Maybe it's because, stripped of the question of masculinity and what it means to be a man and all that bullshit (which I could talk about, but don't want to) Diner is really about learning who you are and admitting those faults, and how none of it matters with the people you love. 

Maybe I the reason I love Diner is because it's like...it's like when an old friend gives you a confident a kick in the ass and tells you to fuck off, so you do a round of shots and make fun of each other for five minutes and feel better about the world. 


Love,
Rassles

...

So I guess I have a Love Letters series now.  I mean, I do. Click here for the list so far.

Tuesday, April 1, 2014

A Love Letter to Preposterous

Dear preposterous,

Of all the words that mean "contrary to common sense," including but not limited to:

1) ridiculous       2) absurd       3) foolish       4) silly       5) etc.

You are the best.

I'm predisposed towards the preposterous automatically, but only in a very specific way. I like my preposterousness to have intent, somehow. I think it's because preposterous things are best when they veer swiftly from a serious something. When they have a reason and that reason is, itself, preposterous.  All that is probably rooted somehow in absurdism, right?

Still, I'm not directly talking absurdism, here - like the disharmony created by humanity's continuous search for meaning in a meaninglessness universe -  for example: mathematicians rummaging for the secrets of pi, or people who do the "paleo diet" (which is worst name ever, and here's a tip if you want to lose weight: exercise (yes, fine, pots and kettles and their inherent blackness, whatever, but at least I'm not jumping on fads)) because, you guys, we have no way of knowing that Paleolithic humans refrained from starch.  Or Catholicism. Pi, paleo diets, Catholicism. All the same thing. Everything is the same thing, nothing is different, everything is different, everything is absurd, but omg, why? So obviously I agree with absurdism, pretty much, but I don't like the fact that I do. Which is, of course, fucking absurd.

But I'm talking about artistically preposterous, or personally preposterous, or professionally preposterous. The kind of preposterousness that springs from the cracks of too much seriousness rather than a lack of understanding, of the willing neglect of things that are sensible in order to embrace the nonsense, because of the nonsense. It's just more fun that way.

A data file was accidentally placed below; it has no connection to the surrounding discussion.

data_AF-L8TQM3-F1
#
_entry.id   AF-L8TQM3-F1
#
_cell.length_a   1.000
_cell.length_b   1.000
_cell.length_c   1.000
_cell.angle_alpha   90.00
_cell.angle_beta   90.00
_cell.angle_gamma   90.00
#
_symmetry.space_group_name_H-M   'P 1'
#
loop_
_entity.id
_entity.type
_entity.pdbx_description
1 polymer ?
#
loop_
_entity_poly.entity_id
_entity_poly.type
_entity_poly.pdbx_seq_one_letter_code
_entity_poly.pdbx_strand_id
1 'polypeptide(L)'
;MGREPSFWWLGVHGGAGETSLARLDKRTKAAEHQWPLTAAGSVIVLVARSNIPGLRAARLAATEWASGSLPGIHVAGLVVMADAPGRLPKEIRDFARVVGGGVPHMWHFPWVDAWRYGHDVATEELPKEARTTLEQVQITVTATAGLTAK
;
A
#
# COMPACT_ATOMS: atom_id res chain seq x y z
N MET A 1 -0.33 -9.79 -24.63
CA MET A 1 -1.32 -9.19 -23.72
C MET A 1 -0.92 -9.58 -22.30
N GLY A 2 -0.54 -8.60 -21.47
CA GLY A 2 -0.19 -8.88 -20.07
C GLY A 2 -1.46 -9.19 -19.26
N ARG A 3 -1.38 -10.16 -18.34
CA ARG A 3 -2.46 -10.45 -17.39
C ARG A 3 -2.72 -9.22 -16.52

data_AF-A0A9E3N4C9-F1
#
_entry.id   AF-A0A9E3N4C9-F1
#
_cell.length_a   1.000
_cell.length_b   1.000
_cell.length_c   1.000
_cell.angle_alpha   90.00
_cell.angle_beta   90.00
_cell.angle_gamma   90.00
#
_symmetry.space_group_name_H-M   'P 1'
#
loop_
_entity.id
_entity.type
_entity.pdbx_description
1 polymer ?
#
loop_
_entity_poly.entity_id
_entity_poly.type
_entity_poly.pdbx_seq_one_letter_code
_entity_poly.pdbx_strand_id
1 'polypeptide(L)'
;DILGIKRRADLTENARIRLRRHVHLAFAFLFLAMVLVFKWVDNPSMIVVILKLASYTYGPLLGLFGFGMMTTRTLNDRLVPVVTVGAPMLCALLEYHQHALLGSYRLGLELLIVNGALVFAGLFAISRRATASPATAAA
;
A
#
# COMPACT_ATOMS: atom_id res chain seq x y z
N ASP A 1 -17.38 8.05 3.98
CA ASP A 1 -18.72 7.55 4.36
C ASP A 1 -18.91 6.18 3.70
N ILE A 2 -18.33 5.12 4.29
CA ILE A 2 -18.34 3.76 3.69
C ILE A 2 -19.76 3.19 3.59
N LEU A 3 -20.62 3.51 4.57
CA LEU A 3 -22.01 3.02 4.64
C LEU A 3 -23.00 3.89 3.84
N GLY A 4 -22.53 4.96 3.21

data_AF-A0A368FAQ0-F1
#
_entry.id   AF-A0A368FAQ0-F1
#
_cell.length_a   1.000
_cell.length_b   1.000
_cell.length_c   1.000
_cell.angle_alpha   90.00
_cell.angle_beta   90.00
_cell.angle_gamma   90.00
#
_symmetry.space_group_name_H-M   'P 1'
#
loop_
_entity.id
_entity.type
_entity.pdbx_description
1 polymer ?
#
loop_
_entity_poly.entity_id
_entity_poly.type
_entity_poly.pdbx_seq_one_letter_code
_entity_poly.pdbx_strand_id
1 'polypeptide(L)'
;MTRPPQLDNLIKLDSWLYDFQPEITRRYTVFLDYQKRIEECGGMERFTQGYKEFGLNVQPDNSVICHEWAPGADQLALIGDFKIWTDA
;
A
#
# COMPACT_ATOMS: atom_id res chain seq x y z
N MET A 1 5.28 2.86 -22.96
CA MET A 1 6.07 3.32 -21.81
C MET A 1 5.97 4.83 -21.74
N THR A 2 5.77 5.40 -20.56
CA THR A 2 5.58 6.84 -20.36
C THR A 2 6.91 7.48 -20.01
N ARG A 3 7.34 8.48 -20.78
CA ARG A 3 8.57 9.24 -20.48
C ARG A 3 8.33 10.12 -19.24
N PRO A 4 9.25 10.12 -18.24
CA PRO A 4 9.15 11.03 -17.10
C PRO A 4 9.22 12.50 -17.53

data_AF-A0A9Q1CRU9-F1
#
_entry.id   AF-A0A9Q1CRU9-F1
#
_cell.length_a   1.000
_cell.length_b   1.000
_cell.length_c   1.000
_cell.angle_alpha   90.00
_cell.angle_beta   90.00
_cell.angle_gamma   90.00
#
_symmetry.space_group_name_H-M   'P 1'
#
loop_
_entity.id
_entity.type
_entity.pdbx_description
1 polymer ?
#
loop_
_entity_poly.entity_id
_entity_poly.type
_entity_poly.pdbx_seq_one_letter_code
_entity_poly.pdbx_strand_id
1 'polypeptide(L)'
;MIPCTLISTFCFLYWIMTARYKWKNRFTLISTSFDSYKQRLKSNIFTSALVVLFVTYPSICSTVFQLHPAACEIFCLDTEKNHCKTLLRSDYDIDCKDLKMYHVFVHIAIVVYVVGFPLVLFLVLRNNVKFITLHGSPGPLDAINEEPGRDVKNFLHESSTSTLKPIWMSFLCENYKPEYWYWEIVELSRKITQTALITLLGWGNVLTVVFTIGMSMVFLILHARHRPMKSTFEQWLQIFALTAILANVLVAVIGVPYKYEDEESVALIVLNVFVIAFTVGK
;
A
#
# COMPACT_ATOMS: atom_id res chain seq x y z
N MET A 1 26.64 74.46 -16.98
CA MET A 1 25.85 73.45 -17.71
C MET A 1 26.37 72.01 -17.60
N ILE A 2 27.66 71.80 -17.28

In light of disappearing flights, I'm going to use LOST as an example here: LOST excelled at characterization. Each person portrayed on that show was pompously elaborate, fat with memories and glaring idiosyncrasies.

The plot to LOST was developed, but shittingly preposterous, and that made me love it more. The more entangled and irrational each story became, a pervasive concern arose among viewers: the scriptwriters wrote themselves into fallacy. But then instead of writing themselves out of it they just said, "Eh, fuck it. Let's do this instead: EVERYTHING IS MAGIC."


Look at that foot. Why is the foot there? Because it used to be a statue of Taweret. Why was there a statue? Because someone built it. Probably an Egyptian. Why Taweret? Because she was the goddess of makin' babies, and no one could have babies on the island so the statue was an appeal for fertility. Why? Because some people like babies and the island is magic.

That is my idea of a good time. Instead of solving our problems, let's just use magic.
pre·pos·ter·ous
[pri-pos-ter-us s, -truh s]
adjective
completely contrary to nature, reason, or common sense; absurd; senseless; utterly foolish: a preposterous tale.
Origin: 1535-45; from Latin praeposterus with the the hinder part foremost. See pre-, posterior, -ous.
Synonyms
unreasonable, excessive, ridiculous. See absurd.

Sure, saying that using magic is better could be utterly foolish. Why? Number one, magic isn't real. Two, it's cheating. But most importantly it means taking that thing that we were all wondering: is there a fucking logical explanation for all this? No. There isn't. There is only magic.